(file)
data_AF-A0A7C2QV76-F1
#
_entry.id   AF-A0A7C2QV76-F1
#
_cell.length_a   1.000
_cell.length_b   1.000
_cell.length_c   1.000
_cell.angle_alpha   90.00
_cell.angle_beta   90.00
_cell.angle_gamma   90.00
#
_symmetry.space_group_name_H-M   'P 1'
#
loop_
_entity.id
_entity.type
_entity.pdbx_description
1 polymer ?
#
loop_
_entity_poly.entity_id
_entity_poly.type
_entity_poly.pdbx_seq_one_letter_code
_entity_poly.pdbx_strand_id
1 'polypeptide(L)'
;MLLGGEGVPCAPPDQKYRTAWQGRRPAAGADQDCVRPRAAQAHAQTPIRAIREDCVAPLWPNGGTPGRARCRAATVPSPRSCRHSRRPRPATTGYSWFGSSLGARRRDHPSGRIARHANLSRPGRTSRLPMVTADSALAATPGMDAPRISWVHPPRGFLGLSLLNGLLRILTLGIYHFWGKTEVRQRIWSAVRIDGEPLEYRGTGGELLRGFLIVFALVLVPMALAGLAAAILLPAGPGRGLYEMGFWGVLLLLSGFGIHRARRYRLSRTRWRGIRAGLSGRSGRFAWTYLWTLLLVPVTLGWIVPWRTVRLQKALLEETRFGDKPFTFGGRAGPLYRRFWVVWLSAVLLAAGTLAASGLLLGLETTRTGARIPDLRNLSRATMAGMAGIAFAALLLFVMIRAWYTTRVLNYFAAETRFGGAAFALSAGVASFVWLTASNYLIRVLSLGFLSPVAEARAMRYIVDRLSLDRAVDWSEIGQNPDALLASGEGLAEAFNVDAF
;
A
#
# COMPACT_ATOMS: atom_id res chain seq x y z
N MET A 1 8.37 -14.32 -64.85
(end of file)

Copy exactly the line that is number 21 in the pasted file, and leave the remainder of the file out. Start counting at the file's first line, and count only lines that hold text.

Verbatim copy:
_entity_poly.entity_id